For the past five years, I have been on a campaign to reduce the number of parking spaces dedicated to office, hotel, residential, and retail uses. Simple facts are slow to gain acceptance.
The vast majority of cars sit in parking spaces for 20 to 22 hours per day. In urban areas, we move our vehicles from one garage to another several times a day. In suburban areas, we have parking garages at home and surface or structured spaces at work.
Parking garages are enormously expensive to build and tie up resources that are inflexible and significantly under-utilized. Surface parking lots are less costly to build, but they encumber very valuable land without generating revenue. Our experience indicates that typical suburban office buildings utilize 45 to 55 percent of the built spaces.
In fairness, there are dramatic exceptions to parking needs in build-to-suit scenarios. Hotels are required to build dedicated parking spaces when a nearby office parking structure sits empty at night. Peak hours in hotel and office building counter-cycle perfectly. Office employees prefer to walk to lunch if the possibility exists.
BOKA Powell has been investigating future-proofing garages for the past three years. We have developed a template for how to convert podium office parking to 100 percent recyclable office space, without compromise. The conversion strategy will work, but it will emerge more quickly if municipalities support the initiative with tax incentives. Reduced demand for parking spaces will be met with greater acceptance once evidence can be presented to investors and corporate decision-makers.
Before COVID, the use of personal vehicles was trending downward in favor of ride-sharing. We do not know what the long-term effects of COVID will be, but we will at some point, return to normal.
The game-changing news is coming from entrepreneur Elon Musk and Tesla Motors. Looking back six years ago, my wife was an early adopter of electric-powered cars. Her Tesla P85D was beautiful, smooth-riding, and fast as lightning without making an audible sound. Zero to 60 in under three seconds gave me goosebumps when I dared to activate the “Insane” mode. Ludicrous and Plaid modes are available on current Tesla models and achieve off-the-chart speed and comfort. Tesla has been updating its on-car technology while your car rests at night since its inception. Self-driving and parking features have been added and upgraded to unparalleled success.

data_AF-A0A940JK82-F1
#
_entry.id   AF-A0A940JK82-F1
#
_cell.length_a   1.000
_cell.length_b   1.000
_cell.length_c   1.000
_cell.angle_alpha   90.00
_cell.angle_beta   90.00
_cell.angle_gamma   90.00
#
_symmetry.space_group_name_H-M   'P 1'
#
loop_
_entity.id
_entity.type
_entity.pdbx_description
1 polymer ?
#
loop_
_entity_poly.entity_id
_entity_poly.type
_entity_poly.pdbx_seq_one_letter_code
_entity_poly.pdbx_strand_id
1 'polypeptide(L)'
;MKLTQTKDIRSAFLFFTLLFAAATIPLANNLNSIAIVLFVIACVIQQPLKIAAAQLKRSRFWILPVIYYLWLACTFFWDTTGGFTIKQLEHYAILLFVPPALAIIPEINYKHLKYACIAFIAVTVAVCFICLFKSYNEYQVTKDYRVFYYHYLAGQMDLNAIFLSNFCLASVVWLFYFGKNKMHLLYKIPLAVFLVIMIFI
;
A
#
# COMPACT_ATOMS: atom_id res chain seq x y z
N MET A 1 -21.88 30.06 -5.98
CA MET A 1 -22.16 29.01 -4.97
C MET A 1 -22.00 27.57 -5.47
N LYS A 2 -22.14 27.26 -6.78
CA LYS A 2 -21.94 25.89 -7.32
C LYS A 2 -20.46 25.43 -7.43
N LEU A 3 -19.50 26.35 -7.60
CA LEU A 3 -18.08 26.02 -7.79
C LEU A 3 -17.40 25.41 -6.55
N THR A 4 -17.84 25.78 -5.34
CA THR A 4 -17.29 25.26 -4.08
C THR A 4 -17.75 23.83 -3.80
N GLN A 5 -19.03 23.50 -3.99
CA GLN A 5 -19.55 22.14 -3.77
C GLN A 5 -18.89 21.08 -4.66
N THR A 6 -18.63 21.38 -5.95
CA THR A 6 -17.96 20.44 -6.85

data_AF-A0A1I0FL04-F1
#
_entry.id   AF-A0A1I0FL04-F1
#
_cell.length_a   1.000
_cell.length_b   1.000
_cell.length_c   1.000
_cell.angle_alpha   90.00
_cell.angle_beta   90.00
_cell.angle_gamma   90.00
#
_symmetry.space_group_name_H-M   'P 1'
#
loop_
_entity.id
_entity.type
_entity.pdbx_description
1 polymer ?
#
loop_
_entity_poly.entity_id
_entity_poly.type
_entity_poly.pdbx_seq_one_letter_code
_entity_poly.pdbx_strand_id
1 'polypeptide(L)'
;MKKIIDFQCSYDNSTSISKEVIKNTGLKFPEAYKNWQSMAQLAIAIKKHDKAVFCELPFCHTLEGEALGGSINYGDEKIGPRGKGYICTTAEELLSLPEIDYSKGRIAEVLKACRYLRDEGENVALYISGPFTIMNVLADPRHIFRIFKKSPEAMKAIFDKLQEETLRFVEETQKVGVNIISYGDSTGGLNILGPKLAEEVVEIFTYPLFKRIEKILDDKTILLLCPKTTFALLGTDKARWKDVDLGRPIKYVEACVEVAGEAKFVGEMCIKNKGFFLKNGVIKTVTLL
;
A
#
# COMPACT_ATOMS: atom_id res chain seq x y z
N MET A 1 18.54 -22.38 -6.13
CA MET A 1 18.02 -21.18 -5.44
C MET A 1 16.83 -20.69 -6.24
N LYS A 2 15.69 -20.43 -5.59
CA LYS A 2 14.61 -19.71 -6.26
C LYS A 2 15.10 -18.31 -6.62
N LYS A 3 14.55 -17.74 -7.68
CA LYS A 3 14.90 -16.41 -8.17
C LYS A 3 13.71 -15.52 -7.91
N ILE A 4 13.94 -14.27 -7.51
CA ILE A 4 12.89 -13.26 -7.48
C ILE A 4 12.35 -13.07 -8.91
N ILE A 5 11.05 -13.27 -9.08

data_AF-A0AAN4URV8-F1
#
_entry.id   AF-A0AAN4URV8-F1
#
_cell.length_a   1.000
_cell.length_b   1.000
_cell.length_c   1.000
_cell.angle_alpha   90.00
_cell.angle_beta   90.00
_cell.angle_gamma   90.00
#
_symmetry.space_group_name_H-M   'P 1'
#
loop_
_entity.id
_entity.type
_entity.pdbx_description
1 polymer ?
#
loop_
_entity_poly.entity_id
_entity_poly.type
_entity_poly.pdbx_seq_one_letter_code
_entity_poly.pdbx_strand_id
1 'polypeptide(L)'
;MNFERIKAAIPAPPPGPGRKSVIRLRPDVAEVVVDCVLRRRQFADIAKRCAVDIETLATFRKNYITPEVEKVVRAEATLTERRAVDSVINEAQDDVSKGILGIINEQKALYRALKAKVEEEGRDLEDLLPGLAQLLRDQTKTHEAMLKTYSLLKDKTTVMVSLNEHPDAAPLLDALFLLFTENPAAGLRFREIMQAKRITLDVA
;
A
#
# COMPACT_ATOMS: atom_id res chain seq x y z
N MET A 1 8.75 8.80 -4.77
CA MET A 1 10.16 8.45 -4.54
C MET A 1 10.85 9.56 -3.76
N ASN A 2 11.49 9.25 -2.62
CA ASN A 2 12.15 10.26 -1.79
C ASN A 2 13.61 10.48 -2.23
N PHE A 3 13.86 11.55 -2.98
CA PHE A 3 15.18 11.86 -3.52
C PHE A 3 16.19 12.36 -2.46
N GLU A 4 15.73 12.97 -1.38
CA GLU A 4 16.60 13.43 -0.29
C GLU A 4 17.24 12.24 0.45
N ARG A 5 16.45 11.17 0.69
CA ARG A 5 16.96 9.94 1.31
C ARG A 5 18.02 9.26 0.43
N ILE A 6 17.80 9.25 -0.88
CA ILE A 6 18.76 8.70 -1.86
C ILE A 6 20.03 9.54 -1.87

Tesla is launching a new program called SAV – Shared Autonomous Vehicles. Your Tesla can be driven to work in traditional fashion, but the game changes when you, as the owner, decide to place your car (via the phone app) in the SAV pool and the Tesla network takes over. Your car will be dispatched to transport other members of the SAV program, but it will be available to you for your next ride whenever you predetermine a pick-up time. The incentive to place a car in the SAV pool is monetary. Tesla estimates the cars may generate up to $30,000 per year in revenue, or looking at it differently, reduce your cost per mile to about 4 cents. As a Tesla owner, you can choose to include or exclude your vehicle from the SAV pool altogether.
Questions arise immediately about the car owner’s liability, depreciation of the car’s value, user screening, autonomous driving reliability, operating expense increases (tires are prone to wear more quickly on Tesla’s due to the high torque motors, but coolant replacement is about the only annual maintenance cost that may be incurred).
There is a myriad of software companies investing in autonomous vehicle technology. Tesla is ahead of the industry at this moment, but the overarching good news is that a new mass transportation methodology is entering the market at warp speed and the built environment will benefit wildly from that manifestation.
Trip generation will remain the same, but the hours that cars nest in parking facilities will diminish greatly, and that is bad news for parking garage builders.
Don Powell is partner and principal-in-charge of BOKA Powell.